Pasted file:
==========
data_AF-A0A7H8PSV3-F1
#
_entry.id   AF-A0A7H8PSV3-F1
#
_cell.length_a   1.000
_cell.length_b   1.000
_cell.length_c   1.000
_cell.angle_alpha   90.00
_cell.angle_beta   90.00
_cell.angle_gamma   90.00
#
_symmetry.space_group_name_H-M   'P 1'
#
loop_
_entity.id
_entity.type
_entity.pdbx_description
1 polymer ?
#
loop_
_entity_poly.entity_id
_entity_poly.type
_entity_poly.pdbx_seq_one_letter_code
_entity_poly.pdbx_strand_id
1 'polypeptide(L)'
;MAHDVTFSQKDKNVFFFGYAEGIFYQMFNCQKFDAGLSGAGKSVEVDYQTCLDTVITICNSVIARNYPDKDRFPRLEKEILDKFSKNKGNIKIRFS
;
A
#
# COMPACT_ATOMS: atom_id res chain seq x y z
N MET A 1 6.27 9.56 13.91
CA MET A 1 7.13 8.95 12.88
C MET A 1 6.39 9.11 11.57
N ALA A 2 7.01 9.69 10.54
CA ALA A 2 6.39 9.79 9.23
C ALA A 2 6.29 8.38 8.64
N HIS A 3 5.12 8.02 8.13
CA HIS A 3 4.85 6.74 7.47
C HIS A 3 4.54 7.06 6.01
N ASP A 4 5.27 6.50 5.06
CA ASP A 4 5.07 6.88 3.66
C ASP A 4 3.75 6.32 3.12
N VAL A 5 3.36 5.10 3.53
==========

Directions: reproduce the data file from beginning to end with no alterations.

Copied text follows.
data_AF-A0A7H8PSV3-F1
#
_entry.id   AF-A0A7H8PSV3-F1
#
_cell.length_a   1.000
_cell.length_b   1.000
_cell.length_c   1.000
_cell.angle_alpha   90.00
_cell.angle_beta   90.00
_cell.angle_gamma   90.00
#
_symmetry.space_group_name_H-M   'P 1'
#
loop_
_entity.id
_entity.type
_entity.pdbx_description
1 polymer ?
#
loop_
_entity_poly.entity_id
_entity_poly.type
_entity_poly.pdbx_seq_one_letter_code
_entity_poly.pdbx_strand_id
1 'polypeptide(L)'
;MAHDVTFSQKDKNVFFFGYAEGIFYQMFNCQKFDAGLSGAGKSVEVDYQTCLDTVITICNSVIARNYPDKDRFPRLEKEILDKFSKNKGNIKIRFS
;
A
#
# COMPACT_ATOMS: atom_id res chain seq x y z
N MET A 1 6.27 9.56 13.91
CA MET A 1 7.13 8.95 12.88
C MET A 1 6.39 9.11 11.57
N ALA A 2 7.01 9.69 10.54
CA ALA A 2 6.39 9.79 9.23
C ALA A 2 6.29 8.38 8.64
N HIS A 3 5.12 8.02 8.13
CA HIS A 3 4.85 6.74 7.47
C HIS A 3 4.54 7.06 6.01
N ASP A 4 5.27 6.50 5.06
CA ASP A 4 5.07 6.88 3.66
C ASP A 4 3.75 6.32 3.12
N VAL A 5 3.36 5.10 3.53